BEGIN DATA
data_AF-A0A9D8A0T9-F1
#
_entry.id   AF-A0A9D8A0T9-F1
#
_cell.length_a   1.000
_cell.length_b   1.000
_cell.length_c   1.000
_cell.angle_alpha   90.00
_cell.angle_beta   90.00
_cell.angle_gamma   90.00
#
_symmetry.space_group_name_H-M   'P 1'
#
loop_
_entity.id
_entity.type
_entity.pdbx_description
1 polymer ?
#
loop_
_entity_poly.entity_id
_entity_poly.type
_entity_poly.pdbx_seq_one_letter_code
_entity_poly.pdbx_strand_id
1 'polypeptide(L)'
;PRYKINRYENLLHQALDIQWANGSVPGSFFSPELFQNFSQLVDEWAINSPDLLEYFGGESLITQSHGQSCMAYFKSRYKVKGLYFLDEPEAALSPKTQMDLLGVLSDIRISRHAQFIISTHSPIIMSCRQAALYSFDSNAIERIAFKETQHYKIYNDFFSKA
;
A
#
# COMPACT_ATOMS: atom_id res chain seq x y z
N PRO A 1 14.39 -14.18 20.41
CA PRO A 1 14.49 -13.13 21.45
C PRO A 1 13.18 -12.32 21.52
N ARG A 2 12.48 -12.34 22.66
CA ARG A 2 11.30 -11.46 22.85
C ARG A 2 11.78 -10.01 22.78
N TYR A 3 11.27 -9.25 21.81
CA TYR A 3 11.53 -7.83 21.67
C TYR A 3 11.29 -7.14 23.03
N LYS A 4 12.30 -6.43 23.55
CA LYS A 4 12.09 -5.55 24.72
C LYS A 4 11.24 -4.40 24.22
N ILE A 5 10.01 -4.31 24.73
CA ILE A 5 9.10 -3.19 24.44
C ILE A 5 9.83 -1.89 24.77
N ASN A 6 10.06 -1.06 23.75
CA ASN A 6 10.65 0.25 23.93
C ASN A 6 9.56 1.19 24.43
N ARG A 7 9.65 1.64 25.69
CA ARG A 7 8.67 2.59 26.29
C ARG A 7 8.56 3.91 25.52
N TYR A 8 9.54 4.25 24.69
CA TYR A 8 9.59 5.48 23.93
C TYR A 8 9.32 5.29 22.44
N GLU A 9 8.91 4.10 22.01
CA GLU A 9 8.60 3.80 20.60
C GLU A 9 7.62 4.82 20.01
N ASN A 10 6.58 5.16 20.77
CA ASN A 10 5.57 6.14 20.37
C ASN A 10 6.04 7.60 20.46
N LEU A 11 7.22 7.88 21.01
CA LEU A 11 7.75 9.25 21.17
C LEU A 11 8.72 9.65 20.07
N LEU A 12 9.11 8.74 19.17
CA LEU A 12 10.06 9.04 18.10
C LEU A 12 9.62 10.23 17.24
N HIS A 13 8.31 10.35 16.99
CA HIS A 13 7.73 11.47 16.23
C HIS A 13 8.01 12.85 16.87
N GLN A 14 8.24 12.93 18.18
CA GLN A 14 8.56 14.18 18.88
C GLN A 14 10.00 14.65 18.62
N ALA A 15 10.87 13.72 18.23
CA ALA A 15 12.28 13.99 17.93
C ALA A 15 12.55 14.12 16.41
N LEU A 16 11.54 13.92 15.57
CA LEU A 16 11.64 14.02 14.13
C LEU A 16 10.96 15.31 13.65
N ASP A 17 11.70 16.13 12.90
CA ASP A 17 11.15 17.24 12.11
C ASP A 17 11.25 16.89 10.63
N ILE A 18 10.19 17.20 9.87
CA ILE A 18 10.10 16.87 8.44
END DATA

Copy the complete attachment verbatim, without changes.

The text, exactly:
data_AF-A0A9D8A0T9-F1
#
_entry.id   AF-A0A9D8A0T9-F1
#
_cell.length_a   1.000
_cell.length_b   1.000
_cell.length_c   1.000
_cell.angle_alpha   90.00
_cell.angle_beta   90.00
_cell.angle_gamma   90.00
#
_symmetry.space_group_name_H-M   'P 1'
#
loop_
_entity.id
_entity.type
_entity.pdbx_description
1 polymer ?
#
loop_
_entity_poly.entity_id
_entity_poly.type
_entity_poly.pdbx_seq_one_letter_code
_entity_poly.pdbx_strand_id
1 'polypeptide(L)'
;PRYKINRYENLLHQALDIQWANGSVPGSFFSPELFQNFSQLVDEWAINSPDLLEYFGGESLITQSHGQSCMAYFKSRYKVKGLYFLDEPEAALSPKTQMDLLGVLSDIRISRHAQFIISTHSPIIMSCRQAALYSFDSNAIERIAFKETQHYKIYNDFFSKA
;
A
#
# COMPACT_ATOMS: atom_id res chain seq x y z
N PRO A 1 14.39 -14.18 20.41
CA PRO A 1 14.49 -13.13 21.45
C PRO A 1 13.18 -12.32 21.52
N ARG A 2 12.48 -12.34 22.66
CA ARG A 2 11.30 -11.46 22.85
C ARG A 2 11.78 -10.01 22.78
N TYR A 3 11.27 -9.25 21.81
CA TYR A 3 11.53 -7.83 21.67
C TYR A 3 11.29 -7.14 23.03
N LYS A 4 12.30 -6.43 23.55
CA LYS A 4 12.09 -5.55 24.72
C LYS A 4 11.24 -4.40 24.22
N ILE A 5 10.01 -4.31 24.73
CA ILE A 5 9.10 -3.19 24.44
C ILE A 5 9.83 -1.89 24.77
N ASN A 6 10.06 -1.06 23.75
CA ASN A 6 10.65 0.25 23.93
C ASN A 6 9.56 1.19 24.43
N ARG A 7 9.65 1.64 25.69
CA ARG A 7 8.67 2.59 26.29
C ARG A 7 8.56 3.91 25.52
N TYR A 8 9.54 4.25 24.69
CA TYR A 8 9.59 5.48 23.93
C TYR A 8 9.32 5.29 22.44
N GLU A 9 8.91 4.10 22.01
CA GLU A 9 8.60 3.80 20.60
C GLU A 9 7.62 4.82 20.01
N ASN A 10 6.58 5.16 20.77
CA ASN A 10 5.57 6.14 20.37
C ASN A 10 6.04 7.60 20.46
N LEU A 11 7.22 7.88 21.01
CA LEU A 11 7.75 9.25 21.17
C LEU A 11 8.72 9.65 20.07
N LEU A 12 9.11 8.74 19.17
CA LEU A 12 10.06 9.04 18.10
C LEU A 12 9.62 10.23 17.24
N HIS A 13 8.31 10.35 16.99
CA HIS A 13 7.73 11.47 16.23
C HIS A 13 8.01 12.85 16.87
N GLN A 14 8.24 12.93 18.18
CA GLN A 14 8.56 14.18 18.88
C GLN A 14 10.00 14.65 18.62
N ALA A 15 10.87 13.72 18.23
CA ALA A 15 12.28 13.99 17.93
C ALA A 15 12.55 14.12 16.41
N LEU A 16 11.54 13.92 15.57
CA LEU A 16 11.64 14.02 14.13
C LEU A 16 10.96 15.31 13.65
N ASP A 17 11.70 16.13 12.90
CA ASP A 17 11.15 17.24 12.11
C ASP A 17 11.25 16.89 10.63
N ILE A 18 10.19 17.20 9.87
CA ILE A 18 10.10 16.87 8.44